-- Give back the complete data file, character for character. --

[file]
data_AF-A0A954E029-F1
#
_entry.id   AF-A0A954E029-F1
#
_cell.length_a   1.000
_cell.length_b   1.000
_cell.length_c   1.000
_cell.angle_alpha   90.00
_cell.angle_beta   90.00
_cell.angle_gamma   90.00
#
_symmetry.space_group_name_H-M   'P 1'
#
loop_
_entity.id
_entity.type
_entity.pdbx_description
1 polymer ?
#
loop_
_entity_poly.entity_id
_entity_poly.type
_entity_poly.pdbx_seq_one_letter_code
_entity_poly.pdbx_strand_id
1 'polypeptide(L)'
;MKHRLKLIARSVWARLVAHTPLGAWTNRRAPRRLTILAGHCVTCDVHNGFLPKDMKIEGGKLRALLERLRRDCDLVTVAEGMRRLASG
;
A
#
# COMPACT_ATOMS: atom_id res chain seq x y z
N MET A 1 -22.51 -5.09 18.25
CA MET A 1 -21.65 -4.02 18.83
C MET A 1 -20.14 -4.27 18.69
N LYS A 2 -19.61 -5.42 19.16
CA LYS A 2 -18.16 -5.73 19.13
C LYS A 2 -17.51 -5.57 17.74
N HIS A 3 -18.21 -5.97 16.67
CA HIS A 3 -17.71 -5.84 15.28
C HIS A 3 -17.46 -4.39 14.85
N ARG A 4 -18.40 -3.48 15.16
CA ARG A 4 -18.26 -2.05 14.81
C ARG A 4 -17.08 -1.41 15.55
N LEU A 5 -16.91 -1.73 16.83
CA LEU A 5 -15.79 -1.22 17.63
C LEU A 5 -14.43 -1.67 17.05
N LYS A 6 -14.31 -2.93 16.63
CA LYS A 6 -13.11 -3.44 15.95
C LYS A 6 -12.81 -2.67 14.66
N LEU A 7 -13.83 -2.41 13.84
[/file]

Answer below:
data_AF-A0A954E029-F1
#
_entry.id   AF-A0A954E029-F1
#
_cell.length_a   1.000
_cell.length_b   1.000
_cell.length_c   1.000
_cell.angle_alpha   90.00
_cell.angle_beta   90.00
_cell.angle_gamma   90.00
#
_symmetry.space_group_name_H-M   'P 1'
#
loop_
_entity.id
_entity.type
_entity.pdbx_description
1 polymer ?
#
loop_
_entity_poly.entity_id
_entity_poly.type
_entity_poly.pdbx_seq_one_letter_code
_entity_poly.pdbx_strand_id
1 'polypeptide(L)'
;MKHRLKLIARSVWARLVAHTPLGAWTNRRAPRRLTILAGHCVTCDVHNGFLPKDMKIEGGKLRALLERLRRDCDLVTVAEGMRRLASG
;
A
#
# COMPACT_ATOMS: atom_id res chain seq x y z
N MET A 1 -22.51 -5.09 18.25
CA MET A 1 -21.65 -4.02 18.83
C MET A 1 -20.14 -4.27 18.69
N LYS A 2 -19.61 -5.42 19.16
CA LYS A 2 -18.16 -5.73 19.13
C LYS A 2 -17.51 -5.57 17.74
N HIS A 3 -18.21 -5.97 16.67
CA HIS A 3 -17.71 -5.84 15.28
C HIS A 3 -17.46 -4.39 14.85
N ARG A 4 -18.40 -3.48 15.16
CA ARG A 4 -18.26 -2.05 14.81
C ARG A 4 -17.08 -1.41 15.55
N LEU A 5 -16.91 -1.73 16.83
CA LEU A 5 -15.79 -1.22 17.63
C LEU A 5 -14.43 -1.67 17.05
N LYS A 6 -14.31 -2.93 16.63
CA LYS A 6 -13.11 -3.44 15.95
C LYS A 6 -12.81 -2.67 14.66
N LEU A 7 -13.83 -2.41 13.84